Wandering Creedmoor patients unnerve community
Creedmoor housed 7,000 patients at the height of its population in the 1950s.
By Bpb Friedrich

For decades, Creedmoor and its neighbors have lived side by side, in a generally non-contentious relationship. Sadly, over the past year, the relationship has become quite tenuous. Daily occurrences of aggressive panhandling by Creedmoor patients plague the surrounding communities, shopping centers and commercial strips of Union Turnpike. Aggressive panhandling is threatening and dangerous and nearby residents are demanding action.

At my request, a meeting with elected officials, community leaders, NYPD, Office of Mental Health Security, and Creedmoor’s senior administration was held for the first time to address these problems. To date, three meetings have occurred, and steps have been taken to increase NYPD and OMH patrols, but progress has been slow and much more needs to be done. These meetings have been a wake-up call for an institution that, until now, saw its responsibility extending no further than the facility’s front gate.

Over the years, Creedmoor has changed from a facility housing thousands of patients restricted to its vast campus and grounds to one that houses hundreds, who are free to roam in the surrounding communities. OMH shifted responsibility for the care and treatment of these institutionalized patients to a small number of nonprofit organizations housed in Creedmoor’s various buildings. Fully 70 percent of Creedmoor patients are now managed by the various nonprofit organizations operating on the Creedmoor grounds. These nonprofits have been absent from each of the three meetings, although their presence had been requested. They shield themselves from accountability, and tout HIPAA patient confidentiality laws to keep neighboring communities in the dark.

Surprisingly, there is no requirement that wandering patients take their daily medications and there is no behavioral code of conduct protocol conveyed to them. The general lack of accountability by the nonprofits is stunning. Their managers enter the facility gates in the morning and leave at night, rarely stepping foot outside of Creedmoor (except perhaps to have lunch), to see what their patients have wrought on nearby communities.

Aggressive panhandling is rampant. The unsuspecting are accosted daily and often followed by disheveled individuals into a Dunkin’ Donuts or wait outside an ATM to demand money.

Unfortunately, the police are discouraged from enforcing panhandling laws now that the mayor has decriminalized nuisance and other quality-of-life infractions.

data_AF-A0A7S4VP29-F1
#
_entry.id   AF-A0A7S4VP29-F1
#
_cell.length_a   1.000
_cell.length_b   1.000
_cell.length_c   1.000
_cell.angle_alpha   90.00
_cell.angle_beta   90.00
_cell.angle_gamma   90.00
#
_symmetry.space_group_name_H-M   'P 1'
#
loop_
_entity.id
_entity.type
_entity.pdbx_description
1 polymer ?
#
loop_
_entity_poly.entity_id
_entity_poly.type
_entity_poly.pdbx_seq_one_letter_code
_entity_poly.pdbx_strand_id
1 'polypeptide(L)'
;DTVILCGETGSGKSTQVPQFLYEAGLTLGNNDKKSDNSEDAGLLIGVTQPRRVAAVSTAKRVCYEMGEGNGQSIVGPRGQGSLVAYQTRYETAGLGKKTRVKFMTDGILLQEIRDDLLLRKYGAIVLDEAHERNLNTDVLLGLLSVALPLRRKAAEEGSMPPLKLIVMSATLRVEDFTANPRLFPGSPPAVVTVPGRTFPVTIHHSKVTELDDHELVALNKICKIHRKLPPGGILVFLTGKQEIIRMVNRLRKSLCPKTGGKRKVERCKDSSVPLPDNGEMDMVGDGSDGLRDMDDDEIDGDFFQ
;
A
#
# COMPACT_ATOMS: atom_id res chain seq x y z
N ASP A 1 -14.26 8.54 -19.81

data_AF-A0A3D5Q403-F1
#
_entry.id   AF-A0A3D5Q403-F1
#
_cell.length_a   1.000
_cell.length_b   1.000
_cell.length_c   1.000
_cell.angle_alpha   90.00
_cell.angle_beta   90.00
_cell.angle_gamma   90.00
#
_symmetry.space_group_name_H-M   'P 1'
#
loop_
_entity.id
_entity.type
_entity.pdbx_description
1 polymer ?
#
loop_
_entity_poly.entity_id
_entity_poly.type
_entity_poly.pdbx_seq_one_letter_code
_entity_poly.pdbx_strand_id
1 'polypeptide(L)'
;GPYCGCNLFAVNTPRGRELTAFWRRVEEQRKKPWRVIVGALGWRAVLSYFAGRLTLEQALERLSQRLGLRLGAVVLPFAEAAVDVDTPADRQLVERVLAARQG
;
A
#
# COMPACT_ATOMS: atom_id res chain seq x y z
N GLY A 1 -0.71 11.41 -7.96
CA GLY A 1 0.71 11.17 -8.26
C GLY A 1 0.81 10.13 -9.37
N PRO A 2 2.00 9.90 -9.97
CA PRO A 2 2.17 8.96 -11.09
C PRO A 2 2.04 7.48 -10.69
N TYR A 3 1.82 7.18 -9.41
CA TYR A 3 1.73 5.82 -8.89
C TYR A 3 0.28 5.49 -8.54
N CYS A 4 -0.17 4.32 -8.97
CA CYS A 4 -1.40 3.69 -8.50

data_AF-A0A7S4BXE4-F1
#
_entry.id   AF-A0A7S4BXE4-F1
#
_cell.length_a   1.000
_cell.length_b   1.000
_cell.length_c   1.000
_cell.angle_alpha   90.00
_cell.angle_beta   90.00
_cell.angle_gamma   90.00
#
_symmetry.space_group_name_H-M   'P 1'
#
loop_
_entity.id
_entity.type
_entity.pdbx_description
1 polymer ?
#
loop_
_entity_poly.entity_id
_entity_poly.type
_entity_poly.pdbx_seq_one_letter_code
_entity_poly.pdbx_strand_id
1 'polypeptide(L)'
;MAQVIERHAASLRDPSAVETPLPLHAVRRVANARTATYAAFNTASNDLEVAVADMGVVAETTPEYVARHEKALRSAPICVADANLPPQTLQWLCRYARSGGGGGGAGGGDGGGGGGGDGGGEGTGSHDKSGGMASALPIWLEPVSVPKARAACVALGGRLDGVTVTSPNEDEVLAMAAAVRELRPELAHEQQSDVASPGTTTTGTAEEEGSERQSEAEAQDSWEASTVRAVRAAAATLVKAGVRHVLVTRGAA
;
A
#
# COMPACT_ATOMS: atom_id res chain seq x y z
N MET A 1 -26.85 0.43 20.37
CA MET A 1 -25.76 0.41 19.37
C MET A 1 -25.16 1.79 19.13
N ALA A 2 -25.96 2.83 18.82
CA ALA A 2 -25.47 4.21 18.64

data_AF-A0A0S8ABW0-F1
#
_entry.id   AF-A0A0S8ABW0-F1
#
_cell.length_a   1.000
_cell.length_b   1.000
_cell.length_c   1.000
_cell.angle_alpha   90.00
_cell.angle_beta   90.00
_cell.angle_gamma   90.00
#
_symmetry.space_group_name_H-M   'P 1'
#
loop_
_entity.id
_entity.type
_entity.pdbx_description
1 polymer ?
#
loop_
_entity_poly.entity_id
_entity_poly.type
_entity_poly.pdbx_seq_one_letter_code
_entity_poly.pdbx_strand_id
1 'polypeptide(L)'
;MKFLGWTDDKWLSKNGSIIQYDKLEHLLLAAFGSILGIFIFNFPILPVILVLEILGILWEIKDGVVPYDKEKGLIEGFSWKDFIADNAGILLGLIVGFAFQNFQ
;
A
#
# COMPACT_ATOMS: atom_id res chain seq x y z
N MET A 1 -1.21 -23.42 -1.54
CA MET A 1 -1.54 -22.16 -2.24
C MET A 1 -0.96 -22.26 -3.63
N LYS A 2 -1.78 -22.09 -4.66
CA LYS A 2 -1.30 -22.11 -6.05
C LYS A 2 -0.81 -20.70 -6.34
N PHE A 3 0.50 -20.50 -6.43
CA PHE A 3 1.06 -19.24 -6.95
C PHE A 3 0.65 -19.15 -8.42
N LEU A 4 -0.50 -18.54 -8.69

Creedmoor officials acknowledge that well-meaning individuals should not give money nor endure menacing shakedowns by patients who live rent-free, receive three meals per day including snacks, plus a weekly monetary stipend paid in part by the very same individuals that are being accosted daily.

Civic leaders who sought to identify why these problems have dramatically worsened over the past year were repeatedly told by Creedmoor administrators that nothing has changed, but much has. Gov. Cuomo prioritized deinstitutionalizing the mentally ill and moving them out of wards and into so-called “transitional housing.”

To accomplish this, OMH simply rebranded its wards as “transitional housing” and redesignated inpatients as “outpatients” although their living arrangements never changed. Making matters worse, Creedmoor managers are evaluated on “deinstitutionalization” progress and the associated cost reductions that follow redesignation. These play-on-words may accomplish the governor’s goal, but they place the surrounding communities and the patients themselves at risk.

Some elected officials view so-called deinstitutionalization as compassionate, but in reality, it is the opposite. Deinstitutionalizing patients by simply changing their designation, which allows them to aimlessly wander our streets without supervision, without their meds and often showing visible signs of distress, is not compassionate at all.

True compassion is restricting these troubled souls to the vast grounds of Creedmoor where they can be properly treated by Creedmoor professionals rather than being sent out beyond the Creedmoor gates to decompensate in public.

Bob Friedrich is President of Glen Oaks Village, a Civic Leader and former City Council Candidate.

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